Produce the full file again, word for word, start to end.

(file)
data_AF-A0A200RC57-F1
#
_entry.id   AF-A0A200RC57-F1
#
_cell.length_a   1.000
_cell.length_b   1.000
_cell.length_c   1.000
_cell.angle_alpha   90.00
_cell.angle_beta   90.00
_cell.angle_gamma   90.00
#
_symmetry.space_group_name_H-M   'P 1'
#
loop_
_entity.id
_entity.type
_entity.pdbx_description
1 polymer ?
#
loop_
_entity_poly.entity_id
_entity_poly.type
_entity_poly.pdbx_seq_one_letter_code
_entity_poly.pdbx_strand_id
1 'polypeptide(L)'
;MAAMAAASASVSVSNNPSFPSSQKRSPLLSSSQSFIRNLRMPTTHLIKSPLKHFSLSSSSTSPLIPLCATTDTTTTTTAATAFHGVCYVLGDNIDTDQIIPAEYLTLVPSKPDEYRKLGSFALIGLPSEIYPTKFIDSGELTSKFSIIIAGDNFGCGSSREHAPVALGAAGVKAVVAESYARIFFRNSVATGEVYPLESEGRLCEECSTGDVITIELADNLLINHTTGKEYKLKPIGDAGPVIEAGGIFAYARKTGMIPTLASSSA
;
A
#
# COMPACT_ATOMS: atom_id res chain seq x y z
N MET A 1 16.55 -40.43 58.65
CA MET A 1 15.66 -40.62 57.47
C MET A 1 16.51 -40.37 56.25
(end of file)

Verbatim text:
data_AF-A0A200RC57-F1
#
_entry.id   AF-A0A200RC57-F1
#
_cell.length_a   1.000
_cell.length_b   1.000
_cell.length_c   1.000
_cell.angle_alpha   90.00
_cell.angle_beta   90.00
_cell.angle_gamma   90.00
#
_symmetry.space_group_name_H-M   'P 1'
#
loop_
_entity.id
_entity.type
_entity.pdbx_description
1 polymer ?
#
loop_
_entity_poly.entity_id
_entity_poly.type
_entity_poly.pdbx_seq_one_letter_code
_entity_poly.pdbx_strand_id
1 'polypeptide(L)'
;MAAMAAASASVSVSNNPSFPSSQKRSPLLSSSQSFIRNLRMPTTHLIKSPLKHFSLSSSSTSPLIPLCATTDTTTTTTAATAFHGVCYVLGDNIDTDQIIPAEYLTLVPSKPDEYRKLGSFALIGLPSEIYPTKFIDSGELTSKFSIIIAGDNFGCGSSREHAPVALGAAGVKAVVAESYARIFFRNSVATGEVYPLESEGRLCEECSTGDVITIELADNLLINHTTGKEYKLKPIGDAGPVIEAGGIFAYARKTGMIPTLASSSA
;
A
#
# COMPACT_ATOMS: atom_id res chain seq x y z
N MET A 1 16.55 -40.43 58.65
CA MET A 1 15.66 -40.62 57.47
C MET A 1 16.51 -40.37 56.25